Discussion in 'Sea World / Discovery Cove' started by davehaj, Jul 2, 2001.
I am just looking for opinions on the luau at sea world. Thanks in advance, Davehaj.
Here's my review from "The Other Orlando:"
Aloha! Polynesian Luau
In the SeaWorld park
(800) 327-2424, (407) 363-2559
Prices: Adults $35.95, juniors (8 to 12) $25.95, children (3 to 7) $15.95. Prices do not include tax or tip.
Times: Daily at 6:30 p.m.
Directions: In the SeaWorld park, in an annex to the Bimini Bay restaurant.
If you liked the Hawaiian Rhythms show during your visit to SeaWorld (see Chapter 2), youll love this nighttime version. Its larger, longer, splashier and they feed you.
In a low ceilinged room adjacent to the Bimini Bay restaurant, you are transported to the lush South Seas. Family-style tables radiate out from the semicircular stage, and tropical flowers and large green leaves hang down from the rafters.
The show, which begins as the crowd settles in, is hosted by a suave crooner in the manner of Don Ho. It takes us through a leisurely history of Hawaii, as the islands move from the worship of volcano gods to the coming of the missionaries, to the bustling, pulsating Hawaii of today. As with the daytime show, there is time for a tour of the pageantry and dancing of other Pacific islands, Samoa and Tahiti prominent among them.
Backed by a small band, most of the show is given over to the dancers, four bare-chested men and four lissome young women who constantly reappear in new and ever more colorful costumes to evoke a variety of styles and moods. The dancing is a bit more suggestive than the daytime version, which seems to offend no one. In fact, the loudest hoots and cheers come from the women in the audience when the male dancers leer, grind their hips, and grab their buttocks. How times change! Most of the evening is far more genteel than that, however. Indeed, this is a rather stately show compared to other dinner attractions, much like what youd expect in a fairly upscale Hawaiian nightclub.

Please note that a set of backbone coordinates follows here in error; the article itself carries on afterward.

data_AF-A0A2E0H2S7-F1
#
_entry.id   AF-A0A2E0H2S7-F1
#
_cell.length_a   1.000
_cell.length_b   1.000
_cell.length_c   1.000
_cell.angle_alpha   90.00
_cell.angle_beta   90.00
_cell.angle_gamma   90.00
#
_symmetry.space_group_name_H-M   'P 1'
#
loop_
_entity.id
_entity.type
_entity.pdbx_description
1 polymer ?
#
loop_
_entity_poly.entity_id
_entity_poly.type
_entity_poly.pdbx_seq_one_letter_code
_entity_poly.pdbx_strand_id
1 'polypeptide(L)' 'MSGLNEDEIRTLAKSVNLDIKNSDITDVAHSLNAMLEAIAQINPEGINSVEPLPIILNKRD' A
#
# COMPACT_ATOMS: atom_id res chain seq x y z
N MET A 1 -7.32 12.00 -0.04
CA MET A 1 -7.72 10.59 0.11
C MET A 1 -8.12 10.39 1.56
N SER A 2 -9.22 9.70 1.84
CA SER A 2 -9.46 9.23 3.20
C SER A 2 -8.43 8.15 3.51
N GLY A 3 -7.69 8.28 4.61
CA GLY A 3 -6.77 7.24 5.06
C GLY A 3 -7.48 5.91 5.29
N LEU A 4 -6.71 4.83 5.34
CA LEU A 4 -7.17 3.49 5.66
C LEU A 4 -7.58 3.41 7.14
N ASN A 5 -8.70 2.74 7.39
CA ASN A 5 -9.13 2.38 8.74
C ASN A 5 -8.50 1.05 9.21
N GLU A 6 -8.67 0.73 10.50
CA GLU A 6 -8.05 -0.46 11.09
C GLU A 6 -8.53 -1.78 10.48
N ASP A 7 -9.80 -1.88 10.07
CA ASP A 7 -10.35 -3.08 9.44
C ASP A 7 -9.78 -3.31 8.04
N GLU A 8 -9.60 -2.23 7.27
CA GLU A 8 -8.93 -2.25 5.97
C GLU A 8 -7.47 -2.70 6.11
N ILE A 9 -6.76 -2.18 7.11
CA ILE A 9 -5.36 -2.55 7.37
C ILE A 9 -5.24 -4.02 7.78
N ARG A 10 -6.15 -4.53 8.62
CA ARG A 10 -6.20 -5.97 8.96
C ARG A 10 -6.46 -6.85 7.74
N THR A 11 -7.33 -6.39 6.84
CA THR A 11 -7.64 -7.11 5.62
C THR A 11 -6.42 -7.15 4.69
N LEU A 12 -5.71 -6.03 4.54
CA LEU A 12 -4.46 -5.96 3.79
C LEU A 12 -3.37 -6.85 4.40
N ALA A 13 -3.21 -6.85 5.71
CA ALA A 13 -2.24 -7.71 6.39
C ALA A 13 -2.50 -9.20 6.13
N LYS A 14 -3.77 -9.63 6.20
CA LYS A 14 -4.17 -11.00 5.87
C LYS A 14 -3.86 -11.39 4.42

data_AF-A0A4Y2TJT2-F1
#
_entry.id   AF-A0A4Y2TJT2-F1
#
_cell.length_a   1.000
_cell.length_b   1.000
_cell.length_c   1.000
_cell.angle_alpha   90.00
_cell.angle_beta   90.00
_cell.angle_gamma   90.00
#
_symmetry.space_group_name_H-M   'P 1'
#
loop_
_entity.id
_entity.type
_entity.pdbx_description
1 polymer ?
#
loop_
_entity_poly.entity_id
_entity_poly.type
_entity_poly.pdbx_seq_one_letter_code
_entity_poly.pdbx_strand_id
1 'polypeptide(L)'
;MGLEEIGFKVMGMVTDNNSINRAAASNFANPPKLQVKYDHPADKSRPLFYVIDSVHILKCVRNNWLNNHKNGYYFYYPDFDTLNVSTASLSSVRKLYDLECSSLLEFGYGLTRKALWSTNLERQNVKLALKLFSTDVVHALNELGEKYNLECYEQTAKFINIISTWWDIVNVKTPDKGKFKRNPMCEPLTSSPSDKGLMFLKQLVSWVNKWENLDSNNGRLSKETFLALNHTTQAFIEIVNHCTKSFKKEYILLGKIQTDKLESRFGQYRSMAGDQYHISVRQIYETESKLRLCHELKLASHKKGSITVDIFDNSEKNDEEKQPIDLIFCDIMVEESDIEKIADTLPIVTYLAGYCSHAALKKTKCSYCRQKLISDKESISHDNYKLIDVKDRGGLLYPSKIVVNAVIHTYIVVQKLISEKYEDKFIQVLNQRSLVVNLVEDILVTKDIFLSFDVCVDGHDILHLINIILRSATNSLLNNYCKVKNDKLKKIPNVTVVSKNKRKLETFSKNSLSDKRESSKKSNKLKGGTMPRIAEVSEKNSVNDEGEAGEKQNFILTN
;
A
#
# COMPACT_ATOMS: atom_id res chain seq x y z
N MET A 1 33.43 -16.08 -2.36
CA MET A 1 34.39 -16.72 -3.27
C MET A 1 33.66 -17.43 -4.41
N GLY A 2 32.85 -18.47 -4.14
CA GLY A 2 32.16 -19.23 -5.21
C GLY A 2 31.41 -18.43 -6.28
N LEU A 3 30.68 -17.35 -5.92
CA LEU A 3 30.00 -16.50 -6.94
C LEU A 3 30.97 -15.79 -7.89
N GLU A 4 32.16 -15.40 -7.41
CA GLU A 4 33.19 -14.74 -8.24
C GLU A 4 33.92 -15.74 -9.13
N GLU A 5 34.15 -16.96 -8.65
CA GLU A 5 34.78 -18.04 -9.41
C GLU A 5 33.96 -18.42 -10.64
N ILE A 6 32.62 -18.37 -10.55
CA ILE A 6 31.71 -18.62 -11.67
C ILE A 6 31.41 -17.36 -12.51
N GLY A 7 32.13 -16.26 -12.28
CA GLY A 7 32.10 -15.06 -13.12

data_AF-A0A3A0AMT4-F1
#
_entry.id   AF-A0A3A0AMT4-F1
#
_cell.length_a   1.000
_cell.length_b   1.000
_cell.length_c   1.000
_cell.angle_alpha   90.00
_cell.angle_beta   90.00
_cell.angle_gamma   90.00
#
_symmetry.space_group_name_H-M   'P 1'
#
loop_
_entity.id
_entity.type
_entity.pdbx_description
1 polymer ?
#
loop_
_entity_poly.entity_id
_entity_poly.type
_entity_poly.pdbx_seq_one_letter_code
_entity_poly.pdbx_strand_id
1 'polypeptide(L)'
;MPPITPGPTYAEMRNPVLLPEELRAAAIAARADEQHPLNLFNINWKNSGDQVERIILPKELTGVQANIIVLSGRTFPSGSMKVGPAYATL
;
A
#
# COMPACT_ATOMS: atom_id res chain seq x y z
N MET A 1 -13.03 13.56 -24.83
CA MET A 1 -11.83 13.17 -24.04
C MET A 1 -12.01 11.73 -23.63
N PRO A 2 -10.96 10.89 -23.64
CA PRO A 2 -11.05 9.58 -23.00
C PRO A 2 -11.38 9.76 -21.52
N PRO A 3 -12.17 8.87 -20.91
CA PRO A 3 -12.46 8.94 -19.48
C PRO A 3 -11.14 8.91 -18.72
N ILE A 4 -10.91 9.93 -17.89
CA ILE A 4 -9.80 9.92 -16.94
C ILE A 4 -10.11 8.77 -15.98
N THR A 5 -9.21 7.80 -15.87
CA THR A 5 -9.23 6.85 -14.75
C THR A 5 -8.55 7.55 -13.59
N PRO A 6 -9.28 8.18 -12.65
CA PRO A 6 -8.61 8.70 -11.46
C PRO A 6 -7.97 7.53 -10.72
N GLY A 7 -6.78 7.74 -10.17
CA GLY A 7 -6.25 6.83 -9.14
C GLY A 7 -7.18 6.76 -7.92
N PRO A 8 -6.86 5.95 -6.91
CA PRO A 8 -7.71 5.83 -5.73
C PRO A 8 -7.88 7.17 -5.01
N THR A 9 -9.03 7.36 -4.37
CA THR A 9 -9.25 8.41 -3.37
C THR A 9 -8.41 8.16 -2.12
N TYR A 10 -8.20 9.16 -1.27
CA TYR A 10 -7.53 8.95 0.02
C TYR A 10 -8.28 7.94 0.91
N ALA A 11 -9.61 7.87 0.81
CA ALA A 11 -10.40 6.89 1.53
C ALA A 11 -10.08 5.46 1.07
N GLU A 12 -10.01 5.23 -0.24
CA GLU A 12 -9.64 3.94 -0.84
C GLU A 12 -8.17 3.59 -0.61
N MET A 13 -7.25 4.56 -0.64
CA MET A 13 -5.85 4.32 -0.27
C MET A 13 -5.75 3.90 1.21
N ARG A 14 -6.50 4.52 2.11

The singing by our host is mellifluous and soothing, ranging from Hawaiian language songs (including a Hawaiian yodel!) to the more familiar Stranger in Paradise from Kismet. The dancing is never less than enchanting and in the war chant numbers rather exciting. Volunteers are dragooned from the audience to dance the hula, which is always good for a laugh. The Samoan Fire Knife Dance finale is literally incendiary, as a dancer wearing nothing but a brief loincloth twirls a flaming baton and rests the burning ends on his tongue and the soles of his feet.
The food may not be quite as good as the show, but there is plenty of it, all served family style. First comes a selection of fresh fruit and salad. Among the three entrees, the mahi-mahi in piña colada sauce is a standout. The sweet and sour chicken and smoked pork loin are okay, as are the mixed steamed vegetables. Dessert varies with the season and is accompanied by coffee. The admission price includes the meal, a complimentary soft drinks coffee, and unlimited iced tea. For the drinkers in the crowd, a cash bar is available.
All in all, this show is a real crowd-pleaser, but I cant keep from wondering just how authentic it all is. Am I seeing the real thing or the Hawaiian equivalent of Pat Boone singing a Little Richard song?
p.s. If you tell the reservationist you saw it on the SeaWorld web site, you get a $5 discount.
Thanks for the wonderful reply. I never expected to get such an in-depth account to my question. Thanks again, Davehaj.
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